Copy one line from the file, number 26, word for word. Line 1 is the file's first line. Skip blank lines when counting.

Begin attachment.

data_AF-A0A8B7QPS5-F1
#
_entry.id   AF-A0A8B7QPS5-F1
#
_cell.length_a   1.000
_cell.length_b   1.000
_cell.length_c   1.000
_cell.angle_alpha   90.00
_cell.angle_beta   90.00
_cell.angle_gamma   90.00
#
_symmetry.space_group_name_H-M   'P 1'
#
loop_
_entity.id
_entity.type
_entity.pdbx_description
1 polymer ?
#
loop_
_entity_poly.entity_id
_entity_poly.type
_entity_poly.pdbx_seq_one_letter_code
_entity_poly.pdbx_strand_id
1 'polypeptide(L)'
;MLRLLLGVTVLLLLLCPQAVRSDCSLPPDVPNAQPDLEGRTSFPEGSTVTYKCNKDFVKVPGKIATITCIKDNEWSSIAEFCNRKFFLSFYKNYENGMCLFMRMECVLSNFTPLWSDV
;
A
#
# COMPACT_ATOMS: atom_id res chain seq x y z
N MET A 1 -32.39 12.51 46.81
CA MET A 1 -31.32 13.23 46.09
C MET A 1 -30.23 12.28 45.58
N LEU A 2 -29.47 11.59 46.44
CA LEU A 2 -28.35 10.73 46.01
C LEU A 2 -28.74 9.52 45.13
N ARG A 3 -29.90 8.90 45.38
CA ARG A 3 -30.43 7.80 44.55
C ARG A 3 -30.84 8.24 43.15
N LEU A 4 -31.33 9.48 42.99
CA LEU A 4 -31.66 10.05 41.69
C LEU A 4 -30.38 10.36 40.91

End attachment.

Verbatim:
;MLRLLLGVTVLLLLLCPQAVRSDCSLPPDVPNAQPDLEGRTSFPEGSTVTYKCNKDFVKVPGKIATITCIKDNEWSSIAEFCNRKFFLSFYKNYENGMCLFMRMECVLSNFTPLWSDV